Personally I was happy with the episode. People are spending too much time focusing on the religion.. This is a THEMED episode.. the show is NOT becoming bible central so people need to cool there jets. Another note on the “angry atheists” thing.. Kurt and Sue are typically a little introverted.. I would have been disappointed if Sue had been kissing the all mighty butt of god while singing kumbuya.. (A note to the Atheists.. I wouldn’t have enjoyed a 10 minute segment on the big bang or evolution and neither would anyone else.. this episode was about spirituality and feelings, not the facts of religion.) ALSO, Sue did not convert to Christianity.. she was following the wishes of her down syndrome sister who she loves over anything.. So people need to stop being so conceded and get over all this religious banter.. I honestly loved the episode,(Especially the flashbacks of kurt and his dad with the tea party and bike rides),and I’m sick of the negative responses.. Cheer up ❤

  12. 12 Peter October 10, 2010 at 2:29 am

    I think one’s reaction to this episode depends on what expectations you have going in: A thoughtful and understanding take on atheism it was not, but it’s still better than almost any other depiction of atheists you’re going to see on broadcast tv. I don’t know who wrote the episode, but it felt very much like a theist’s idea of a pro-atheism-tolerant story: good intentions, but a lot of little things that betray a lack of understanding. To me, Glee gets points for trying to be inclusive, but marks off for execution.

    Most of my criticisms have been mentioned (Kurt and Sue seem to be atheists out of spite, they angrily rebuff the well-intentioned theists “just trying to help,” Kurt ends up apologizing while nobody else does, Sue wants to be prayed for, a rather shallow take on religious beliefs in general, etc).

    However, my main critique is that the show got a lot of things right, but didn’t dig down just a little bit deeper to explore them. For example, when Kurt first says that he doesn’t believe in God, the universal reaction from his classmates is an alienating “Why NOT?” – as if this lack of belief is an aberration that must immediately be justified. So far, this is probably an accurate depiction of what it would be like to “come out” as an atheist – in many places being an atheist suddenly creates a gulf between friends that being ANY other faith does not. Afterward, Kurt sits alone in the back corner of the class, physically as well as socially isolated from his friends. Which, considering his Mom is dead and his Dad is in a coma, probably makes him feel excruciatingly alone. I kept waiting for the episode to reference this – but when they did, instead of touching on how this ostracization is cruel and all too common, they had KURT apologize!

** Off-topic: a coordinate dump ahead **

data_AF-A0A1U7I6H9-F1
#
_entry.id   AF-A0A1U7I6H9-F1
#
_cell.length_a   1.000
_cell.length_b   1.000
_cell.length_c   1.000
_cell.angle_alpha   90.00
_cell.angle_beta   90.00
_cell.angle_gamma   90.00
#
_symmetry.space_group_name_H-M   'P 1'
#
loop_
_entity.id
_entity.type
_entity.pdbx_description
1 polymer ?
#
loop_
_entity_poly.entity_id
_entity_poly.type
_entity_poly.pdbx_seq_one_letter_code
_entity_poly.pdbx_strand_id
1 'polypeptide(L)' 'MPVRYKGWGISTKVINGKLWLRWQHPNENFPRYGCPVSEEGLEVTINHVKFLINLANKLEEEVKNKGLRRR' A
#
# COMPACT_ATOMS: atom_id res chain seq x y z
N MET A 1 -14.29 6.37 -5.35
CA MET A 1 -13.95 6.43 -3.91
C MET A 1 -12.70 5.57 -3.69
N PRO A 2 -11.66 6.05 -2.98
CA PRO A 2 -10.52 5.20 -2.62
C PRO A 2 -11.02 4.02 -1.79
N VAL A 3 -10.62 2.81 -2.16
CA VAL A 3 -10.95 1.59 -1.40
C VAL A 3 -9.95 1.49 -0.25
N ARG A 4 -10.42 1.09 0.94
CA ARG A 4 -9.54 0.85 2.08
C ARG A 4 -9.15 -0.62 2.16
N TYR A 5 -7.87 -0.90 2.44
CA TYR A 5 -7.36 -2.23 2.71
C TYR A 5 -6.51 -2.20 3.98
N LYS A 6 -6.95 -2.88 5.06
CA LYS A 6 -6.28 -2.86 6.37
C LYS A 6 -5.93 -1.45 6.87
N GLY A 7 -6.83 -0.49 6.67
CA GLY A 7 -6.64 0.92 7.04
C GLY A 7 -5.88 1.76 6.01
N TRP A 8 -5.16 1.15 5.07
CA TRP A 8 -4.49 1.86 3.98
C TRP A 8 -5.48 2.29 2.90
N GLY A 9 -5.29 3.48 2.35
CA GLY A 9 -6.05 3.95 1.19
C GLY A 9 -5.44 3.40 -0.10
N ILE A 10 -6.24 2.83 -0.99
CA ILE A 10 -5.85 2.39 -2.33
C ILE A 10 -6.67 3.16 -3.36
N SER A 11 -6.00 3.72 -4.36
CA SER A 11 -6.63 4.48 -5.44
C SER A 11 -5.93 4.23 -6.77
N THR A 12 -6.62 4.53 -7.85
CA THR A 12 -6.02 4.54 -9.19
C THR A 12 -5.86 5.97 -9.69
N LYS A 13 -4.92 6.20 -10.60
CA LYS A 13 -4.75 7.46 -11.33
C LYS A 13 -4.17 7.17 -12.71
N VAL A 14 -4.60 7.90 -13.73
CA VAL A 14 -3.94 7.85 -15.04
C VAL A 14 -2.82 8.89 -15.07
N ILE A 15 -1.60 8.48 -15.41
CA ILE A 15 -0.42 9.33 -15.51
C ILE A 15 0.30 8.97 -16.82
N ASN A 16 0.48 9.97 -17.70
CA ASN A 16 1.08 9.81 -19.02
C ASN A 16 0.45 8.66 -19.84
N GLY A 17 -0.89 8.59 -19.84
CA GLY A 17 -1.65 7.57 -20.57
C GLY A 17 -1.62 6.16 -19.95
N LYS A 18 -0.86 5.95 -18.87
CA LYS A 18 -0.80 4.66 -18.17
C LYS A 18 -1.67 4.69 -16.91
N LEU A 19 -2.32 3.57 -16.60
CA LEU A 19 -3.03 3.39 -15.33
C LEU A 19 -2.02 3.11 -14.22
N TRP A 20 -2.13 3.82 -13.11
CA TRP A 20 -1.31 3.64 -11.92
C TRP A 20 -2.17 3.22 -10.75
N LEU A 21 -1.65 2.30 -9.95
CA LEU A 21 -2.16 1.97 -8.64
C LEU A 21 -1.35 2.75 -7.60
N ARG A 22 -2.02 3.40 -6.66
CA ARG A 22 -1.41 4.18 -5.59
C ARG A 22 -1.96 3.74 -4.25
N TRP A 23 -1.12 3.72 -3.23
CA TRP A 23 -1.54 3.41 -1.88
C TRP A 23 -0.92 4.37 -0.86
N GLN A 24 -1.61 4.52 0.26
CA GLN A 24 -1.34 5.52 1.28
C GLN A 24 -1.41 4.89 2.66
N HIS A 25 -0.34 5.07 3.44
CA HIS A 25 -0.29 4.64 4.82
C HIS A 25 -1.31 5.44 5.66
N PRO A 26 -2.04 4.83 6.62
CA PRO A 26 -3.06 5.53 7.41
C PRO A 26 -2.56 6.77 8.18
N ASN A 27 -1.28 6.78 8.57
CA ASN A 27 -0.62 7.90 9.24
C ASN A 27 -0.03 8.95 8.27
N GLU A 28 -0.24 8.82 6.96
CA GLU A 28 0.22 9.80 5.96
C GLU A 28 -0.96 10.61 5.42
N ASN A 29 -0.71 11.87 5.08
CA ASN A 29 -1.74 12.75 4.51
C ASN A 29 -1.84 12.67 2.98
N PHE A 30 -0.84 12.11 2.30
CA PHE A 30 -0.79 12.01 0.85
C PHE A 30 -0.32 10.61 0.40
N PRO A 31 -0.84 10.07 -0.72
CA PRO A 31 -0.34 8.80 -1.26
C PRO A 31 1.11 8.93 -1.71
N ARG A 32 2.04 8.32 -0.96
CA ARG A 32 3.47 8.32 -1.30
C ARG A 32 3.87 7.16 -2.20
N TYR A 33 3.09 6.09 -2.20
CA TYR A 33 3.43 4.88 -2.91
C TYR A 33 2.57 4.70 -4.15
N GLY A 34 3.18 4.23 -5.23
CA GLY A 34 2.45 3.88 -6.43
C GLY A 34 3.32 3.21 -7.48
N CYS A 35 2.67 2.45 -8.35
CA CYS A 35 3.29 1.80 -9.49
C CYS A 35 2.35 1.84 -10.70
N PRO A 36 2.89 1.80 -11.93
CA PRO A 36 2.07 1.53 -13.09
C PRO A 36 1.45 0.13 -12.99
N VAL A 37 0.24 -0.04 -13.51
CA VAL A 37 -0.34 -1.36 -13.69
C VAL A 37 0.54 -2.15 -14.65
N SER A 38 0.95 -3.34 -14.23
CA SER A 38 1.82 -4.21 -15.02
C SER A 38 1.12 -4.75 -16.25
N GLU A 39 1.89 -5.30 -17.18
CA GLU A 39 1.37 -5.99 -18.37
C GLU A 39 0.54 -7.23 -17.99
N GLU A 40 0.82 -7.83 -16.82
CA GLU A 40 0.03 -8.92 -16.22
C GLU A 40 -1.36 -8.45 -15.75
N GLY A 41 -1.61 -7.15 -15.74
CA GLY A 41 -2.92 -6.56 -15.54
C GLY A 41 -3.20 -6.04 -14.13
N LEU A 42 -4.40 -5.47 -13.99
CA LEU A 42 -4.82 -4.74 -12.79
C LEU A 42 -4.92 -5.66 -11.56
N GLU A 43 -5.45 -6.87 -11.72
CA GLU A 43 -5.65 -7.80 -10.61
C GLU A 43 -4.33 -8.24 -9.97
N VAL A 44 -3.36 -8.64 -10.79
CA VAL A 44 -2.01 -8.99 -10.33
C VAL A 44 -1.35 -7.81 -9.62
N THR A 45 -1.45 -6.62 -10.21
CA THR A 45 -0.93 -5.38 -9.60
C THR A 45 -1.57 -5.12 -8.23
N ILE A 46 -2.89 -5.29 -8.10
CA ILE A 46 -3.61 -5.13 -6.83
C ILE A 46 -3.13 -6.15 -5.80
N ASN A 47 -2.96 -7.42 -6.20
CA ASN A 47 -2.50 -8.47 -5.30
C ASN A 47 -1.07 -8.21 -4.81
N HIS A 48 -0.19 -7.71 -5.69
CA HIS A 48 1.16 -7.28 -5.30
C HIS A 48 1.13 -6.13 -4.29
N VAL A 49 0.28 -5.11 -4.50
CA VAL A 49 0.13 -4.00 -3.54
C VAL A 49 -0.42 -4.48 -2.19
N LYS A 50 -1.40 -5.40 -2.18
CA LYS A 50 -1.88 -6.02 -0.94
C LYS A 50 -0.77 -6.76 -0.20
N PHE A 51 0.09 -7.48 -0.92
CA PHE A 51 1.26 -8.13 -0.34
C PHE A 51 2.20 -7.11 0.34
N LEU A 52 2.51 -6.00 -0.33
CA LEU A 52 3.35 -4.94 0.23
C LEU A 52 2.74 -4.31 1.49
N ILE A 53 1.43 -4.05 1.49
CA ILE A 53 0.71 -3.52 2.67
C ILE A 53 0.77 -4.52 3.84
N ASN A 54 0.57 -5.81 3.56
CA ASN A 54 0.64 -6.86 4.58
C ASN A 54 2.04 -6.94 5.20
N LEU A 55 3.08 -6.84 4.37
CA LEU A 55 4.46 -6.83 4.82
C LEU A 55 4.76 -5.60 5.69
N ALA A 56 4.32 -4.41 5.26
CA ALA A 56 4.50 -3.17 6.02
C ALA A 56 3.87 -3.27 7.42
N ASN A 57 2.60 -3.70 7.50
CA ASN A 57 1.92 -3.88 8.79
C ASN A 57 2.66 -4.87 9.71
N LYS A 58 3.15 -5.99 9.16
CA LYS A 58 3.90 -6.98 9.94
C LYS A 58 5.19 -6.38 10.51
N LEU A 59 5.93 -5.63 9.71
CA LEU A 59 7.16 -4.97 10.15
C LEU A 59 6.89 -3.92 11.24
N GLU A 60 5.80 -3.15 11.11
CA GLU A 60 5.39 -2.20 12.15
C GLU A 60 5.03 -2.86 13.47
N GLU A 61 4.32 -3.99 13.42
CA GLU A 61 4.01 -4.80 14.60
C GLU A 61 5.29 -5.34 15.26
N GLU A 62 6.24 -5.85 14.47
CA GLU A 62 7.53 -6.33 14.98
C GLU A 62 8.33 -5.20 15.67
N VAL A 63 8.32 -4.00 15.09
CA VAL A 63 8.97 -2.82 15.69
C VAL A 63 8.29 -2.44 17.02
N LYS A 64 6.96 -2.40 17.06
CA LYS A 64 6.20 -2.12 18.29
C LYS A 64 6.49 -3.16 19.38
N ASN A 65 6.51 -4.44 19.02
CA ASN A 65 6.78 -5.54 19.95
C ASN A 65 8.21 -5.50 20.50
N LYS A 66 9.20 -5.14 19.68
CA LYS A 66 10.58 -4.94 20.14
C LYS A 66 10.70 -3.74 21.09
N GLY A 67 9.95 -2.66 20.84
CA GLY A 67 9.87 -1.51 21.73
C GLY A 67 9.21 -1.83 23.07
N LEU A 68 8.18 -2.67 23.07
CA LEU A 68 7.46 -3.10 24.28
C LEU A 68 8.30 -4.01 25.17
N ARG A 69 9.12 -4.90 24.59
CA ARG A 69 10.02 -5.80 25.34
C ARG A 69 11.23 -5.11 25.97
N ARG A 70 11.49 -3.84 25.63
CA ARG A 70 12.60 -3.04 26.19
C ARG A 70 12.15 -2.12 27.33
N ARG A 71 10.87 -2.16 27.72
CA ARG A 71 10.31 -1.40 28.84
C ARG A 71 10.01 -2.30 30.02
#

Similarly, the whole multi-faith prayers over Kurt’s Dad incident. The telling line here is that since it was “multi-faith” they thought it was ok. Later, Kurt says that the prayers weren’t about him, which is true, but they weren’t about his Dad, either. Prayers console the people praying, they were about making the classmates feel better. The show entirely failed to explain WHY Kurt was so prickly about what to the theists was a gesture of support and helping. While the good intentions are likely appreciated, the people praying are choosing a way of consoling themselves that further alienates and excludes Kurt. To make Kurt feel excluded from the bedside of his comatose father is not kind, regardless of their intentions. But again, the show didn’t go into any of that – instead Kurt just got “unreasonably” upset at their earnest gesture and then had to apologize for it later.

    Finally, the show seemed just fine with Mercedes’ little sermon on “Just believe in something, more than what you can see and hear” – an all too common theme in movies and television. Again, to publicly criticize the beliefs of a grieving teenager who already feels like an atheist in a church (because he WAS) without any opportunity to respond is just mean. But the show lets it by without a peep. I have yet to see it fully explained in mass media why a belief in ANYTHING supernatural, no matter how crazy, is still somehow inherently better than reasonable inferences from available evidence. If Glee was really trying to explore the difference between atheism and religion, and why well-intentioned remonstrances to “JUST BELIEVE!” are irritating, I think they missed an opportunity.